Friday, 29 May 2009

I take requests: "Remember that post you wrote about playing in the outfield and writing a dissertation? I'd love to read it again, now that I'm a week away from filing my dissertation." (Considering the alternatives, I love the fact that this post is the one I might be remembered for. As I noted at the time, I'd had this half-written for ages but never could quite finish it. This post is as close to naked as I get—so much so I deleted it two seconds after I'd posted it before reversing course. I've received emails thanking me for this post from struggling grad students in chemistry, physics, political science, geography, geology, English, Spanish, French, Russian, education, mathematics, astrophysics, statistics, philosophy, biology, molecular chemistry, history of consciousness, and dance departments. It is, as the person who requested I repost it tonight said, an academic version of "You Are Not Alone," which would be much more awesome if it didn't analogize me into Michael Jackson. That said, I'm more than happy to oblige this request, and apologize for the overlong introduction. But before I get to the post itself, I should say that [1] the reason my interlocutor couldn't find this post is because my category for all things baseball is the Spanish "béisbol," and [2] if you read my post without reading Wally's comment, you've done yourself a disservice.) In "On Sad and Joyful Passions of Academia," Anthony writes: I get that people are unhappy with their advisors, with the lack of support from the university, and from the seeming glacial pace of publishing ... But the complaints, especially from those fully funded at institutions I would imagine are very exciting, foster a different sad passion within me. They even foster a kind of resentment that they have been given this opportunity while I have to scratch out a future ... yet they seem to enjoy nothing about academic work. The best way to talk about academic work is baseball. This goes without saying. I played third base and shortstop. I played them well. I had sure hands and quick feet. When the ball screamed off the bat, there was no time to think. There was only time to react. Move the quick feet. Catch with sure hands. Throw the ball. In between pitches, I would look to the man to my left to make sure we knew our assignments. Then the ball would leave the pitcher's hand. Then the batter would swing. Move the quick feet. Catch with sure hands. Throw the ball. In the infield I felt like part of a team. I could look to my left and catch the second baseman's eye. I could look across the diamond and catch the first baseman's eye. I was a player among players. We all knew how to react and how to react together. Then one year my coach wanted me to play center field. Being a team player, I consented. I'd shagged flies during practice, and was better than most at going back on a ball. So why not? I left the dugout and jogged past my teammates. Then I kept jogging until my teammates looked like toy soldiers. I stood...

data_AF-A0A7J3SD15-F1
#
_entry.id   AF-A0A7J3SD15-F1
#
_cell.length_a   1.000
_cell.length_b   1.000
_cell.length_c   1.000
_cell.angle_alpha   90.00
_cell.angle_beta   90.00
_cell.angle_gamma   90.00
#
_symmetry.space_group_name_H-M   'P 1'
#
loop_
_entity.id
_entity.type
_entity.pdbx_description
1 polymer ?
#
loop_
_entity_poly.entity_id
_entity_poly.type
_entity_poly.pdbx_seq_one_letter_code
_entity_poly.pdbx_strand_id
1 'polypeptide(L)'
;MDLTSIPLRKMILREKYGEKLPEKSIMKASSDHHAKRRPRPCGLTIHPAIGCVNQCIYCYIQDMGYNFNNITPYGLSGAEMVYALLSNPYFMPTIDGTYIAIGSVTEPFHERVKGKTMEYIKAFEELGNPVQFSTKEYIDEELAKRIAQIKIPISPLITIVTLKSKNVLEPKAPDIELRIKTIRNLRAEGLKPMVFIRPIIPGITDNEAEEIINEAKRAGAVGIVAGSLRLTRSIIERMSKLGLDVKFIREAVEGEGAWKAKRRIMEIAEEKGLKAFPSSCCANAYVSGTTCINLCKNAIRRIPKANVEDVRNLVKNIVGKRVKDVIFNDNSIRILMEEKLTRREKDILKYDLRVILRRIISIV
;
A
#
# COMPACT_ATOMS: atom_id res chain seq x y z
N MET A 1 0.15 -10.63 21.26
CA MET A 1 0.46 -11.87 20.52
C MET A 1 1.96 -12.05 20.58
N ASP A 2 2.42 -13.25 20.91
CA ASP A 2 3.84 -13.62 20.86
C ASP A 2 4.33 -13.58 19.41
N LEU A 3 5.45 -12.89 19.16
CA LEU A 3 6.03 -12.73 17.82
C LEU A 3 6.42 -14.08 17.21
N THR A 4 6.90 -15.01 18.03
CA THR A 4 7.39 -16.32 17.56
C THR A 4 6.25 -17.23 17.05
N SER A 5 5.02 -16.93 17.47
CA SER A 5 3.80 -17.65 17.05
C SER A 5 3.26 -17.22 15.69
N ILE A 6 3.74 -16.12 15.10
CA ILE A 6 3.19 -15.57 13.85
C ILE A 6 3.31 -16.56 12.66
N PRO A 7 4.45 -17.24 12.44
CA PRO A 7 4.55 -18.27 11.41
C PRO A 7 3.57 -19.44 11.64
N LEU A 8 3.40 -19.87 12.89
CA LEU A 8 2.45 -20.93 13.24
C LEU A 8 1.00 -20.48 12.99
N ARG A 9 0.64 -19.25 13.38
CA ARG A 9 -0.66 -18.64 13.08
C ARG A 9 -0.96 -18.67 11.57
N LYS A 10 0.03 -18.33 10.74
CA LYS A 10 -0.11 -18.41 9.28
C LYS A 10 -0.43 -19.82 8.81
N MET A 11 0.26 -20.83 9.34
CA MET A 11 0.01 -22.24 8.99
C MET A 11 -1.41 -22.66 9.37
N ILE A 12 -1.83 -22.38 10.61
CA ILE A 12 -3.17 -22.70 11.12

Become a Fan

Recent Comments